Published: 00:01, 03 April 2014
A £500,000 project to repair and resurface “Sheppey’s worst road” has been given the green light for this summer.
Engineers from Kent Highways’ resurfacing team carried out a major investigation in July last year to establish the best way to improve the busy stretch.
The pothole-riddled and uneven route along The Broadway, Minster, worsened after the wettest winter on record.
The long-awaited repair is planned to take place in the summer because of the drier weather.
Behdad Haratbar, head of programmed works at Kent Highways, said: “We know local residents were keen for work to be carried out here and I’m pleased to say that we are now in a position to resurface The Broadway.
“It is a large project and one of a number of repair and resurfacing schemes that will be carried out on Sheppey this year.
“We are aware that the summer months tend to be busier because of the holiday traffic.
“We will therefore aim to programme much of the work to take account of this, for example, by working during extended daylight hours to keep disruption to a minimum.”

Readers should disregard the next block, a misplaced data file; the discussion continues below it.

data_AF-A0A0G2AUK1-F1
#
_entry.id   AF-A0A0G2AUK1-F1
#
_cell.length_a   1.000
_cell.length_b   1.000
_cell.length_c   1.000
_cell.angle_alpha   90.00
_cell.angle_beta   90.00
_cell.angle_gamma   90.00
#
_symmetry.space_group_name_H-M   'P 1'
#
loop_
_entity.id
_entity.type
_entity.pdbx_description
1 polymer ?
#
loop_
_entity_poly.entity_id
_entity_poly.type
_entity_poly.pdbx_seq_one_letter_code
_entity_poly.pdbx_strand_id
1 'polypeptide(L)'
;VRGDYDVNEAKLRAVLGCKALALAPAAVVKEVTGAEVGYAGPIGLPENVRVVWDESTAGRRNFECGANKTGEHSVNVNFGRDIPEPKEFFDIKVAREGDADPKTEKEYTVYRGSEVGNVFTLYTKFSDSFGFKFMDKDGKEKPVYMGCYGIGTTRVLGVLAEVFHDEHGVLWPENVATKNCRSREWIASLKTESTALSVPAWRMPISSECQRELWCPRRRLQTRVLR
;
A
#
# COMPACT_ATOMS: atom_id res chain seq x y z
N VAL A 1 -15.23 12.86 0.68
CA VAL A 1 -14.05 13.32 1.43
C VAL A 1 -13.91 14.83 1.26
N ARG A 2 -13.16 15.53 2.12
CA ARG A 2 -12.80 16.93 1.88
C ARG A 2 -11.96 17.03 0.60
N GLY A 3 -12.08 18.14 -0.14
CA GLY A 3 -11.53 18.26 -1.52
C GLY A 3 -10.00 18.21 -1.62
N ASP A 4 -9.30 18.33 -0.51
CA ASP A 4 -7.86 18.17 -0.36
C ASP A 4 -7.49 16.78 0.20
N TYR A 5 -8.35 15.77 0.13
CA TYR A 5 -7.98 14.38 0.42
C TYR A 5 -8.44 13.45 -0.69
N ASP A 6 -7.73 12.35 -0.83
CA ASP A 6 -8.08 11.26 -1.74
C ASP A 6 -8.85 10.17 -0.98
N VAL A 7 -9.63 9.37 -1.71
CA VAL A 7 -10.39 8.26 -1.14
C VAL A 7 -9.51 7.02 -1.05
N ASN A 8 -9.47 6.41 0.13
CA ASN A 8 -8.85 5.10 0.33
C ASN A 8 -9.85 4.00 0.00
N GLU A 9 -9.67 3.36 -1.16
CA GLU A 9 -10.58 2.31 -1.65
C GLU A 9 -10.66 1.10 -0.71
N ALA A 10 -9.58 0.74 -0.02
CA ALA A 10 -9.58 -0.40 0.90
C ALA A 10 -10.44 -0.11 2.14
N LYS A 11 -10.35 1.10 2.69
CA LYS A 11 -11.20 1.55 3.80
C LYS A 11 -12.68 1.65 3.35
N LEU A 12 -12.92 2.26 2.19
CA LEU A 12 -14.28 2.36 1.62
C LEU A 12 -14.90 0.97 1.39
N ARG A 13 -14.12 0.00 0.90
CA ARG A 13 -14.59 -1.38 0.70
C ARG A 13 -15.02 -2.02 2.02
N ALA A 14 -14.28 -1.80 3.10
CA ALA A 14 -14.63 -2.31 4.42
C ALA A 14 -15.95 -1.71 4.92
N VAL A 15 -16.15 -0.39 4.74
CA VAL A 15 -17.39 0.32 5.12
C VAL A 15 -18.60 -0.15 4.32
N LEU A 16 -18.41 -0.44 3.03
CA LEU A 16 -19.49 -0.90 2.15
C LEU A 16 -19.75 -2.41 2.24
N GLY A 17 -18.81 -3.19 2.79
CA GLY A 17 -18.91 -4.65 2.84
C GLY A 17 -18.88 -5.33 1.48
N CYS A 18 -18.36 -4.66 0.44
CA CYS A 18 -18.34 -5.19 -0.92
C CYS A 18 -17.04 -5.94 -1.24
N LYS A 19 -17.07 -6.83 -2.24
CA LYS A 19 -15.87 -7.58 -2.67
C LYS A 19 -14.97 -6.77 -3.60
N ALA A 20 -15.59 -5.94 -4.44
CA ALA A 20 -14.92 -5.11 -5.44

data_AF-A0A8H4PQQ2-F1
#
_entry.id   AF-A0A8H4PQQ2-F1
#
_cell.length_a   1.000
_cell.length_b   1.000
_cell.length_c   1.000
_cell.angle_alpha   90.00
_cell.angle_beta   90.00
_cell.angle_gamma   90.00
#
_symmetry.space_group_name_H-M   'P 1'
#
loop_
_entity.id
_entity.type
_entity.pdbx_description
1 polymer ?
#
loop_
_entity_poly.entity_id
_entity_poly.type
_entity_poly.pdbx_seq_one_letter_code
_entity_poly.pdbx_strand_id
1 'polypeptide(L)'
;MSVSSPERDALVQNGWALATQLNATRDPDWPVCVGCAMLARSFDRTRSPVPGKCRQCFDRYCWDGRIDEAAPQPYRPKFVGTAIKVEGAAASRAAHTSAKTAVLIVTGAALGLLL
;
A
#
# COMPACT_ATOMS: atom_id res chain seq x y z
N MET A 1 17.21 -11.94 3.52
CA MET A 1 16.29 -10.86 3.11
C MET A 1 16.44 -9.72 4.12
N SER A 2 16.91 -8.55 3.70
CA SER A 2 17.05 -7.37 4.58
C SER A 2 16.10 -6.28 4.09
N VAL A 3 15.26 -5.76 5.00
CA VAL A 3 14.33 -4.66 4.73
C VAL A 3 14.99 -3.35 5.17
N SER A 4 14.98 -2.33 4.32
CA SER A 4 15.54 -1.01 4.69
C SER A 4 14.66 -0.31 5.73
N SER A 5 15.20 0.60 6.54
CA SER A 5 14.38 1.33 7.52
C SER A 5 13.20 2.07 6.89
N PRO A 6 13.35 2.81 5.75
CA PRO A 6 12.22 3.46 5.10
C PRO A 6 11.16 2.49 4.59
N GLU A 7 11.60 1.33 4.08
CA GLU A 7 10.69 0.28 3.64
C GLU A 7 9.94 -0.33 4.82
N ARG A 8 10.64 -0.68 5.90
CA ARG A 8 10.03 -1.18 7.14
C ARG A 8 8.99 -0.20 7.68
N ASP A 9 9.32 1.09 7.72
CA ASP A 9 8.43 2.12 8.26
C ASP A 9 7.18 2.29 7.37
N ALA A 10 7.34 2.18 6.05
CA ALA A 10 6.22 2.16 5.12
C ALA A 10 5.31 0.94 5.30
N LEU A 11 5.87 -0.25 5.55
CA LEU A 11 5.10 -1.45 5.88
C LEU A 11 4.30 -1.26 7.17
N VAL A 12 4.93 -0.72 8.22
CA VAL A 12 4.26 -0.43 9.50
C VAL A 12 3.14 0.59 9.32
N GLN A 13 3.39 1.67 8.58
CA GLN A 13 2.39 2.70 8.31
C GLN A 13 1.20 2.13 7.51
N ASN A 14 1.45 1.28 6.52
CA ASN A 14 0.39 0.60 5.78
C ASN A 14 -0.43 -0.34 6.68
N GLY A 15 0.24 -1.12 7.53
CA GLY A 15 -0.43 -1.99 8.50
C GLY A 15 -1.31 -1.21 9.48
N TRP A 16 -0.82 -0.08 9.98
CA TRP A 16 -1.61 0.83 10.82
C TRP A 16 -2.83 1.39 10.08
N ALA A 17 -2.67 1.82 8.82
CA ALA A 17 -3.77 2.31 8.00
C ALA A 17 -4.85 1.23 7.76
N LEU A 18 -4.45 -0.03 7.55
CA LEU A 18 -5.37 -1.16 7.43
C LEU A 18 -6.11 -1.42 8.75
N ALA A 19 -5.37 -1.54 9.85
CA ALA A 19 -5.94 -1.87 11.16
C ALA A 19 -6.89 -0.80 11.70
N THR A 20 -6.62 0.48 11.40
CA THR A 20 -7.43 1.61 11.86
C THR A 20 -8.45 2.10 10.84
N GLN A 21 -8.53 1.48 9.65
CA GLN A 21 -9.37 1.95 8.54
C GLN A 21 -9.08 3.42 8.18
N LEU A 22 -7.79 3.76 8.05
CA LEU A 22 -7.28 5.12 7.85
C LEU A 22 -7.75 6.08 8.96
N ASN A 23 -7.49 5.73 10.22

Meanwhile, Granville Road in Sheerness, may well take on the title of Sheppey’s worst road.
White markings have been made around the worst affected areas, with numbers going up to 23 put next to them, on the 0.2 mile street.
Shahid Ali, who lives there and owns Kool Kandy at the junction of Granville Road and Rose Street, called it an, “absolute disgrace”.
He said: “Every day I use the road and it’s annoying when you have to dodge potholes.
“I had a puncture last week. If I had time I would sue the council but next time I will because it’s getting frustrating.”
He said engineers had been out two weeks ago to fill in some of the potholes but most of it has already fallen apart.
Mr Ali, who has emailed pictures of the road to Kent Highways, said large chunks are also missing next to the kerb.
Last week, Kent’s Find and Fix pothole repair campaign was given £8.6 million by the government after the county council lobbied for funding to repair weather-damaged roads.
The county-wide initiative aims to get an average turnaround of 13 days from reporting to fixing and make permanent first-time fixes.
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